(Productized artist's rendering. Background image from nasa.gov: http://www.nasa.gov/mission_pages/chandra/multimedia/ngc6240.html NASA does not sponsor or endorse the Kasei Initiative and I am not affiliated with them in any way.)
Since children are more likely to take to friendly, remote-controlled companion robots than adolescents or the older generation generally would, Kagaku, being the first in the upcoming line of robots in the Kasei Initiative, will be geared primarily towards children. Software features (a special thanks to my mumsy for brainstorming some great ideas) would include:
- Basic reminders that can be put in
- Emotional support with an interface that lets the user tell the robot how he/she is feeling (try to cheer the user up, remind user to take a break, etc.)
- Help child with bedtime routine (programmed potentially by parents, w/ GUI or keyboard input; "It's bedtime!", "Did you put on your pajamas?", "Did you brush your teeth?", "Would you like to hear a bedtime story?", etc.)
- Remind user to do homework, after school functions ("I believe there is a snack waiting for you in the kitchen!")
- Morning routine
Because of its affordability, a Kasei Initiative robot could be in many households all over the world, and, if a partnership can be acquired later on, a charity fund to send some to those in economically crippled areas. The possibilities are endless!
Other robots in the Kasei Initiative line could include companions for the elderly, companions in a hospital setting, and other robots custom tailored for different uses, such as mental health issue support. For now, though, we're going to focus on Kagaku with some of the features above.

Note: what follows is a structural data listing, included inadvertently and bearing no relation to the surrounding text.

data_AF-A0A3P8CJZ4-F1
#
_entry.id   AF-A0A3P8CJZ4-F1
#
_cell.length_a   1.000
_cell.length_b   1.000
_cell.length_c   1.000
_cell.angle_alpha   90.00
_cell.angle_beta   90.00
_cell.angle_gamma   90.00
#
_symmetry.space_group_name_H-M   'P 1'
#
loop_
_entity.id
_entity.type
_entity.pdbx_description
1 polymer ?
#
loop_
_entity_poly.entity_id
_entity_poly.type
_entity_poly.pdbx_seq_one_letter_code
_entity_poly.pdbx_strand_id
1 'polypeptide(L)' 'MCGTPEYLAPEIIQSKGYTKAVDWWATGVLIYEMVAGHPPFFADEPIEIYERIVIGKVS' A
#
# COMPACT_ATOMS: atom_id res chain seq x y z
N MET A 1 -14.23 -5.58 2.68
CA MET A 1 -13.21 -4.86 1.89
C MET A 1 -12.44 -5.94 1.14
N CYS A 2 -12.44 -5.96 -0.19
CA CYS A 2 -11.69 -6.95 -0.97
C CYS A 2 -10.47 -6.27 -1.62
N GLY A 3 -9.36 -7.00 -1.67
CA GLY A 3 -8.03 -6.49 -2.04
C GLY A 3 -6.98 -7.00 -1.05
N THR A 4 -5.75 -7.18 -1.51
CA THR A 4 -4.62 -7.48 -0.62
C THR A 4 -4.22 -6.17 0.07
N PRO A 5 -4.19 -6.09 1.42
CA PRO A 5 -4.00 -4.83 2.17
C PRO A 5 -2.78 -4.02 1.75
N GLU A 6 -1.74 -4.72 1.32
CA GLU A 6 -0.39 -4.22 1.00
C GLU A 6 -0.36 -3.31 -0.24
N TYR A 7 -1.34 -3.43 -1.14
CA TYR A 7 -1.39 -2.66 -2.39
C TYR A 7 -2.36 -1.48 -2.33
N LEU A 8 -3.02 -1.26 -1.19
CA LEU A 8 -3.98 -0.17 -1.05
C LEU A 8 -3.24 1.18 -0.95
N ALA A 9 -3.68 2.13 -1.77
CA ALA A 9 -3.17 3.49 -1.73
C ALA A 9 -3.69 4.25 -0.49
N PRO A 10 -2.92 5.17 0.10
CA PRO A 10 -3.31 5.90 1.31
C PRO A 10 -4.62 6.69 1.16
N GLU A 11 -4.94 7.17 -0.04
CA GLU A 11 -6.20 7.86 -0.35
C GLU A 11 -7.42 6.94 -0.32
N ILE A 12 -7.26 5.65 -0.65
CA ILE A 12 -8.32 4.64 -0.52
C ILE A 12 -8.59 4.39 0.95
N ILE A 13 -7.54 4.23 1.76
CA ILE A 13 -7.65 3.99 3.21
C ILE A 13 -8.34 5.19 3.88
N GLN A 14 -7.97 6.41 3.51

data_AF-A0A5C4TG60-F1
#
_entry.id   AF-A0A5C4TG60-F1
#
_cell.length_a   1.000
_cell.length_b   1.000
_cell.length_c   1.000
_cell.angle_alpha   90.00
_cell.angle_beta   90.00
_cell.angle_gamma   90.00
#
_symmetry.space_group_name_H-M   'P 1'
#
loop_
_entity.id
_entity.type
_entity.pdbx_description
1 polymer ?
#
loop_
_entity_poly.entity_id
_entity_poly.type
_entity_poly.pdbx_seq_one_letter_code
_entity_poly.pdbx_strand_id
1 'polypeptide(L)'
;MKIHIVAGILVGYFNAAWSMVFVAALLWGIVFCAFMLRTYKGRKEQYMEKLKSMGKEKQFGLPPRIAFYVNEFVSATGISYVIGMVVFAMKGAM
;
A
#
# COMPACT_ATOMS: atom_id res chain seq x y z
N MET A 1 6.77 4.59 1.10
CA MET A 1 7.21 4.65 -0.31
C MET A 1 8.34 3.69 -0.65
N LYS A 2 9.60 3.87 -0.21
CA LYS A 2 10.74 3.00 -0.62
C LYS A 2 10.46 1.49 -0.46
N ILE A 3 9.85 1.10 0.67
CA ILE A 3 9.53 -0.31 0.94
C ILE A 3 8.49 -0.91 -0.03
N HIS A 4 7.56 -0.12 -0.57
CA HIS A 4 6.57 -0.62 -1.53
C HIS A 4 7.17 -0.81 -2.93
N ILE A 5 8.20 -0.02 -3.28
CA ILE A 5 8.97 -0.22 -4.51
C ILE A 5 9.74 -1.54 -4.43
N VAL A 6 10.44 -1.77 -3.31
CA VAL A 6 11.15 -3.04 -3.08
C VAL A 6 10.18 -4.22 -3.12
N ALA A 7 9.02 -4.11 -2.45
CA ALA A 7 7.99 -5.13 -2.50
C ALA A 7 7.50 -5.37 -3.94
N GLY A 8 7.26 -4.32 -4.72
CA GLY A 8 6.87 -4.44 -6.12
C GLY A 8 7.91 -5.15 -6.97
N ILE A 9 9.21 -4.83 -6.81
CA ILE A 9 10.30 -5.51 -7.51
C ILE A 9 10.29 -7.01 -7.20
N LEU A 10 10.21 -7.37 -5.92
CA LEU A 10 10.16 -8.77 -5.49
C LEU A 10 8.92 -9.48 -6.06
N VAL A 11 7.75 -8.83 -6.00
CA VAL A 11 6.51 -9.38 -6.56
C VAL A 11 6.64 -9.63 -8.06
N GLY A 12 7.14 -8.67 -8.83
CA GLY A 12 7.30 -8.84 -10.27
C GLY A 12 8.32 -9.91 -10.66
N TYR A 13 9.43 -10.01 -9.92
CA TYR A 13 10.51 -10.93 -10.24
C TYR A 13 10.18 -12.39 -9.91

How this will alleviate problems stated in the description:
1. Refer to the quote in the description from the book "I, Robot" for the companionship/loneliness portion. I think it sums the solution up better than I can.
2. Most commercial robots are several hundreds to thousands of dollars. Using inexpensive hardware that's open for everybody to use, household supplies and other inexpensive materials, a companion robot can be made within the $100 to $200 range, potentially even less if you know where to look.
- Have a mobile robot that is significantly less expensive than most commercial robots
- Have a personality coded that can be interacted with
- Have a foundation for creating an affordable robotic companion; as for the ultimate goal of the Initiative (extending far beyond the scope of the contest) will be to start a robotic revolution.
- To create a sentient robot within the allotted time (I USED to be this naive; not anymore. This is a very long term goal, but it is a goal.)
- To make any promises about what will and will not work; in all honesty, AI is still in its infancy, so development will take time, and no matter what anybody says, there basically aren't any right or wrong solutions just yet. Just because one method seems to be working well for AI doesn't mean it'll be the one that brings a robot revolution. However, I will do whatever is in my power to make the Kasei Initiative be a leader in such a revolution, as it is coming, and it's going to be great.
- To deceive anybody; I see many huge companies who thrive off new technologies like 3D printing and exploit it with restrictive patents and licenses, and I hate that so much. Trust me- and I hope you will grow to trust me through what I do and say- I am not that sort of person. I will be honest in what I do; if it doesn't work, it doesn't work (see my "Ehhh" project log about the microcontroller)! Also, I love open-source technology, and I will make this an open source project, no matter how successful the Kasei Initiative becomes.
I hope I can count on your support, and any questions you have, ask, and I will (hopefully) be able to answer during a weekly blog post on the Kasei Initiative Site, which is linked on my Hackerspace.
System Design Document:
A separate one will come for the software...Read more »